Hur­ri­cane death toll rises as deadly floods loom

The West Australian - - WORLD -

As the death toll from hur­ri­cane Florence mounted and hun­dreds of peo­ple were pulled from flooded homes, North Carolina was brac­ing for what could be the next stage of a still un­fold­ing disas­ter — wide­spread, cat­a­strophic river flood­ing.

Af­ter blow­ing ashore as a hur­ri­cane with 145km/h winds, Florence vir­tu­ally parked it­self much of the week­end atop the Caroli­nas as it pulled warm wa­ter from the ocean and hurled it on­shore. Storm surges, flash floods and winds scat­tered de­struc­tion widely and US Marines, Coast Guard, civil­ian crews and vol­un­teers used he­li­copters, boats and heavy-duty ve­hi­cles to carry out res­cues on Satur­day.

The death toll from the hur­ri­cane, which turned into a trop­i­cal storm, stood at 11 yes­ter­day. The dead in­cluded a mother and her baby killed by a fall­ing tree in Wilm­ing­ton, North Carolina.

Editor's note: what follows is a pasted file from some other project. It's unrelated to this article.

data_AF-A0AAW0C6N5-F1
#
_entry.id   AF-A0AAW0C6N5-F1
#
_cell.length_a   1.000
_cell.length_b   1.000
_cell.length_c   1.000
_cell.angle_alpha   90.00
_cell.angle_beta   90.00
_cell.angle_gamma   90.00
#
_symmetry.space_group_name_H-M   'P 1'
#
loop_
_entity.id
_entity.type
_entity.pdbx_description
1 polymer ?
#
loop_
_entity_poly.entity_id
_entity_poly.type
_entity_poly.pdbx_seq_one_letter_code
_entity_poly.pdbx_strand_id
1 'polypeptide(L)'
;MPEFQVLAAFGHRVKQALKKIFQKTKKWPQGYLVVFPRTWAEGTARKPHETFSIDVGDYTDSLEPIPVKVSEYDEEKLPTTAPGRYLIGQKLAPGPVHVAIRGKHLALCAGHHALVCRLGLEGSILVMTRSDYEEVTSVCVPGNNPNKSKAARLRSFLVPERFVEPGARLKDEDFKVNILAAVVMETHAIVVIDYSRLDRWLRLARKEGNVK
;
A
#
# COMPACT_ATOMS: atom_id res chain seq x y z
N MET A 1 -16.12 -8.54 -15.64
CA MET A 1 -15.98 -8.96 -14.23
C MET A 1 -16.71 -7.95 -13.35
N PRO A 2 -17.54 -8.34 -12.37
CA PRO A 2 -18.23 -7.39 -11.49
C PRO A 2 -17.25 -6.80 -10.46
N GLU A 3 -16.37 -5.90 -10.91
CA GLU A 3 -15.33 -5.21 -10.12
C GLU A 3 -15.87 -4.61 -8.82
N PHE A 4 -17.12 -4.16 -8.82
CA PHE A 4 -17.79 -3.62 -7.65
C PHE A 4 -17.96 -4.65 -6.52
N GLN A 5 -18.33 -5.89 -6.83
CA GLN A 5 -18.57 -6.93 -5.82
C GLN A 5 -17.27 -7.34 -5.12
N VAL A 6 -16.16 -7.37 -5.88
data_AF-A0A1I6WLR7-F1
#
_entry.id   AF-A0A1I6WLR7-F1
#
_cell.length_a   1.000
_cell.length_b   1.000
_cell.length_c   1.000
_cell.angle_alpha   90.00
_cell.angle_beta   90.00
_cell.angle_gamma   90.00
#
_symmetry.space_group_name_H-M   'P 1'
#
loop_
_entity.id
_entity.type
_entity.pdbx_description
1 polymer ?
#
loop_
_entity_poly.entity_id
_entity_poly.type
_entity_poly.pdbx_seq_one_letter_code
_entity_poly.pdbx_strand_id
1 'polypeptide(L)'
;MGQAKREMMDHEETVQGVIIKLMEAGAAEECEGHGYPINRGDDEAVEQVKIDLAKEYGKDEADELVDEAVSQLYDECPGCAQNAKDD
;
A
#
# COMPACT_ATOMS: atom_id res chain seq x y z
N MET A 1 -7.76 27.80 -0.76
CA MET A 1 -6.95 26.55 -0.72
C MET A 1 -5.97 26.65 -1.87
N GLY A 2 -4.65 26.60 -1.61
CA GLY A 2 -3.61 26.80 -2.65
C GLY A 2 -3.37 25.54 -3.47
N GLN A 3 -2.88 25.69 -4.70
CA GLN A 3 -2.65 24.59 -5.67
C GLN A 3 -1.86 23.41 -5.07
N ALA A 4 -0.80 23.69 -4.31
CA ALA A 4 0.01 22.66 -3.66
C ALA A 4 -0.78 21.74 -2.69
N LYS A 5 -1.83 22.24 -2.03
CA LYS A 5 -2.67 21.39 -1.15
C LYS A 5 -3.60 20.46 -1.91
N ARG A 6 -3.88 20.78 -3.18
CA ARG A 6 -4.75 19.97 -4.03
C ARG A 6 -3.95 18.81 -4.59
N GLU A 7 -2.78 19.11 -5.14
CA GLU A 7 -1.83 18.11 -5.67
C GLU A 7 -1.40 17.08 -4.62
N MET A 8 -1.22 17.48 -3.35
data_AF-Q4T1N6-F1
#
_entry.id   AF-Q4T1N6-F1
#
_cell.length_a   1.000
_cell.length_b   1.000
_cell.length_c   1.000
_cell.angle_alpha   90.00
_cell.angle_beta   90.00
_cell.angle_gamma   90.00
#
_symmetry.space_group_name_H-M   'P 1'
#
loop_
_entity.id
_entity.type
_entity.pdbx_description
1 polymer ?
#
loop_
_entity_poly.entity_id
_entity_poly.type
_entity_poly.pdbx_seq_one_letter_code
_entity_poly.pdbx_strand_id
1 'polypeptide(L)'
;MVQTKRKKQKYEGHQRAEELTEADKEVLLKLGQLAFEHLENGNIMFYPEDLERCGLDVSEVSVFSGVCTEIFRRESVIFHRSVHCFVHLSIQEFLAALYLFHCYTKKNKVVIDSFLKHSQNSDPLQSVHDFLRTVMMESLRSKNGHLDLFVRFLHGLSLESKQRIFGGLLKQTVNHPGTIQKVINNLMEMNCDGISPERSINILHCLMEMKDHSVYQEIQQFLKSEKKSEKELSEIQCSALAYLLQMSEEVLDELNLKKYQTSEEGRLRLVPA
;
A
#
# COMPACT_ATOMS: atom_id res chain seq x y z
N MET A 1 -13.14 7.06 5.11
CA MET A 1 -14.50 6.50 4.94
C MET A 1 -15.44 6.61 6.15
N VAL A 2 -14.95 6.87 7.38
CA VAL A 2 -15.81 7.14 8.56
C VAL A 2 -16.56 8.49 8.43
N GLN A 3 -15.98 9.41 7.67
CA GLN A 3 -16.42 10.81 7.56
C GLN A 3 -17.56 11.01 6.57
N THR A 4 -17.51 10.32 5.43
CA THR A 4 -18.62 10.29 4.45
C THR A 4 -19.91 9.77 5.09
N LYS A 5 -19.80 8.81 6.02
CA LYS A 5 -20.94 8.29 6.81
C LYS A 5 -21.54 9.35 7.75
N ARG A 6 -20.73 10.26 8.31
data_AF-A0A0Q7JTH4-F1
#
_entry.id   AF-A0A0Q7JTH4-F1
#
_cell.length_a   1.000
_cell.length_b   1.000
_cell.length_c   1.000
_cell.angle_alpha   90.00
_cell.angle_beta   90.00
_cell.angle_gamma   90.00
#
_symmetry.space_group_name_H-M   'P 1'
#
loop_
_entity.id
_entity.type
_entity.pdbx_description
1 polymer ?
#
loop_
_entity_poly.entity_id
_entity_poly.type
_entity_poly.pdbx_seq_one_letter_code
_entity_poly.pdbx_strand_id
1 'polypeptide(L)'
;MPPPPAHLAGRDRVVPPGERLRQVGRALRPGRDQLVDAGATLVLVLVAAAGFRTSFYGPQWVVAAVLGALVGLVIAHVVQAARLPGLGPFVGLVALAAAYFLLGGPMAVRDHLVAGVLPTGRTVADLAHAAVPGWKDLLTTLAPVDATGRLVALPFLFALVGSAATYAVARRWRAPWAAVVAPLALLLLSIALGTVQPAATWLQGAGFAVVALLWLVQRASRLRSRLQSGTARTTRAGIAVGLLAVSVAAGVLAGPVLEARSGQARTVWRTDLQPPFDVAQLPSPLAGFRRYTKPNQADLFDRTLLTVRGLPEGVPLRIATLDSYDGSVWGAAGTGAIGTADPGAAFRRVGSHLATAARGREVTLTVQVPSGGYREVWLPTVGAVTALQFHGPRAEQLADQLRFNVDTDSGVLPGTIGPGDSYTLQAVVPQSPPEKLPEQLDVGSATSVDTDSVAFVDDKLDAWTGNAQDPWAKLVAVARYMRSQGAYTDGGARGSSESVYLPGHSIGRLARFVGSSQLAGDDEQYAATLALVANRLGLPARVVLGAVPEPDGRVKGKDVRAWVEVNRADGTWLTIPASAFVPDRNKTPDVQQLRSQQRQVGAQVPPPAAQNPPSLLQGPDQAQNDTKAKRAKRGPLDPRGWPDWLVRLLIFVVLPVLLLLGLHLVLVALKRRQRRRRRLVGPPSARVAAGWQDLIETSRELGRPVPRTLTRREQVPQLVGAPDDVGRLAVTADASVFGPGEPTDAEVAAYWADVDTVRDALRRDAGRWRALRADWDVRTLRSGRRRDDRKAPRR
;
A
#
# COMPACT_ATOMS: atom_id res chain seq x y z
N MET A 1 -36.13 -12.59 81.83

South Carolina recorded its first death from the storm, with of­fi­cials say­ing a 61-year-old woman was killed when her car hit a tree that fell across a high­way. Three died in one in­land county, Du­plin, be­cause of wa­ter on roads and flash floods, au­thor­i­ties said.

A man and his wife died in a storm-linked house fire, of­fi­cials said, and an 81-year-old man died af­ter fall­ing while pack­ing to evac­u­ate.

Rivers are swelling to­wards record lev­els, fore­cast­ers warn, and thou­sands of peo­ple have been or­dered to evac­u­ate for fear that the next few days could bring the most destruc­tive flood­ing in North Carolina his­tory.

Stream gauges across the re­gion showed wa­ter lev­els ris­ing steadily, with fore­casts that rivers will crest by to­day at or near record lev­els.

Pic­tures: Getty Im­ages, AP

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